Castor Oyl dabbles in real estate, attempts to mine gold, puts on a traveling show, becomes a bandit, copes with a horse that only goes in reverse, and in the story’s richest sequences, finagles his way into a Native American tribe who have a private spring of “liquid joy”—mineral water that brings euphoria to the imbiber. Ham and Castor’s fumbling attempts to relate to/snow the Native Americans are amusing because we’re aware of their foolishness. The natives receive no condescension—they distrust these two white men on principle. The “laughing water” bridges their cultural difference for a moment:

In this sequence, as an extra in one crowd scene, Segar draws the only caricatured African-American I’ve seen in his work. No attention is drawn to this walk-on, but it’s a bit of a shock to see this small skeleton in Segar’s closet. His overall message is one of acceptance—dumb or wise, small or big, homely or handsome, all are welcome in his world.

Jeet Heer provides some welcome insight on George Herriman’s influence on Segar. The Thimble Theatre creator worshipped Herriman’s work, but strove not to imitate it. You’ll spot Segar’s amusing Inside Baseball-esque reference early in the storyline.

Michael Tisserand, author of the definitive Herriman biography Krazy, offers a piece on the Western landscape in early 20th-century newspaper comics. Reading it makes me long for a volume of James Swinnerton’s work. These historical sidecars enhance the reading experience of this long, dusty work, and puts Segar’s work in perspective with his peers.

Though I thoroughly enjoyed this unpredictable Western adventure, I missed the neurotic personality of Olive Oyl. She appears on the last strip in the book—familiar to those who have read the Fantagraphics reprints of the Popeye material, but seen in a new light as the close to this saga. In its original context, the finale is heartbreaking. And though Popeye had been a fixture of the unconnected daily storyline for over a year, this was his first appearance in the Sundays, and his is an alien presence.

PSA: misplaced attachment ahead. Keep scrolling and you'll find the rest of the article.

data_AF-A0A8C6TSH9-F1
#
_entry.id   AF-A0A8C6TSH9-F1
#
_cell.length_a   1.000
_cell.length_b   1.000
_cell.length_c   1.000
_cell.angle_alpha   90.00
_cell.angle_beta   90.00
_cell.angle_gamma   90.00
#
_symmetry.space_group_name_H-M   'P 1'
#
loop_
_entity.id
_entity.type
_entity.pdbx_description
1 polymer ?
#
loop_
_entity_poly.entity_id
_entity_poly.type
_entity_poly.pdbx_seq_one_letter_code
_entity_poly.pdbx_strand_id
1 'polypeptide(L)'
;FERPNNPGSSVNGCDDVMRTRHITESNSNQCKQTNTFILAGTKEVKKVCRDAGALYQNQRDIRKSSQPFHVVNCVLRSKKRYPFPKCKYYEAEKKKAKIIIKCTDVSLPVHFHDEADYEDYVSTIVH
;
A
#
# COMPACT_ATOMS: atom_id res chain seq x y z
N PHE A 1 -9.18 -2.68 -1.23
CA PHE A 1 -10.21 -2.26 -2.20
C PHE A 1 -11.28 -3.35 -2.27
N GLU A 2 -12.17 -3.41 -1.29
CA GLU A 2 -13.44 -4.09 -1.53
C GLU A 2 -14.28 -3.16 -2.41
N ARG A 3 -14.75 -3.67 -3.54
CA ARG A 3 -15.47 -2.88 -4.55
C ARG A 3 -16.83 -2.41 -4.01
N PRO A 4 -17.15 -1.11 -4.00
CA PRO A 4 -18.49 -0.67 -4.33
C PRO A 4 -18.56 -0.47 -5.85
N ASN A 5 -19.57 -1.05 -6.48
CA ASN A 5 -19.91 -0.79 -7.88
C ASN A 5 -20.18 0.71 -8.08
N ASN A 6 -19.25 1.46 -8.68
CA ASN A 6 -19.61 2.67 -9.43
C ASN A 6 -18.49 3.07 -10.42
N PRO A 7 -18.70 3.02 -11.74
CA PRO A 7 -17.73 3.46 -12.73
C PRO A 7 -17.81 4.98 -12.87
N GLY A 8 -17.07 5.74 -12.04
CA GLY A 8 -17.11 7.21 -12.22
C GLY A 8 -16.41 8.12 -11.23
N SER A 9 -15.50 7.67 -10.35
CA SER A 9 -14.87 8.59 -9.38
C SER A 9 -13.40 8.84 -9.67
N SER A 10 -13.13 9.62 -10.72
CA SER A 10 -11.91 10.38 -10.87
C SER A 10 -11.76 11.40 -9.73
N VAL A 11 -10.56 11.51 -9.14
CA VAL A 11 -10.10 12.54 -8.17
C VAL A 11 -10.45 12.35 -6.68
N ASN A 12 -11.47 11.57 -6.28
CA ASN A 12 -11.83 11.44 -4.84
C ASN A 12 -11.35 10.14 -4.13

Sappo, the topper strip for Thimble Theatre, shows another side of Segar, and it’s a bumpy ride. The physically violent relationship of pee-wee John Sappo and his towering wife, Myrtle, reads like Edward Albee by way of Harold Gray. This dysfunctional relationship, in which both parties are at fault, is sometimes quite funny—as in a long sequence where the Sappos take in a cartoonist boarder—but most often grave.

Sappo’s domestic narratives take dark turns. In one, Sappo pretends to commit suicide, and then attempts to woo his wife through a feeble disguise as a boarder in his former home. Elsewhere, Sappo leaves his wife after an irreconcilable argument, and she has no intentions of taking him back. Segar could get serious, as he did in some of his best 1930s narratives, but the slings and arrows of this domestic dramedy hit harder. Sappo is as compelling as the Western epic downstairs, but for different reasons.

An engrossing, essential chunk of comics, Thimble Theatre is alive and outspoken. Despite almost a century’s remove, these late 1920s narratives captivate us with their earthy humor, witty dialogue and delightful cartooning. Curating and presenting these overlooked and neglected works is Sunday Press’s stock in trade, and I hope they continue it for many years to come.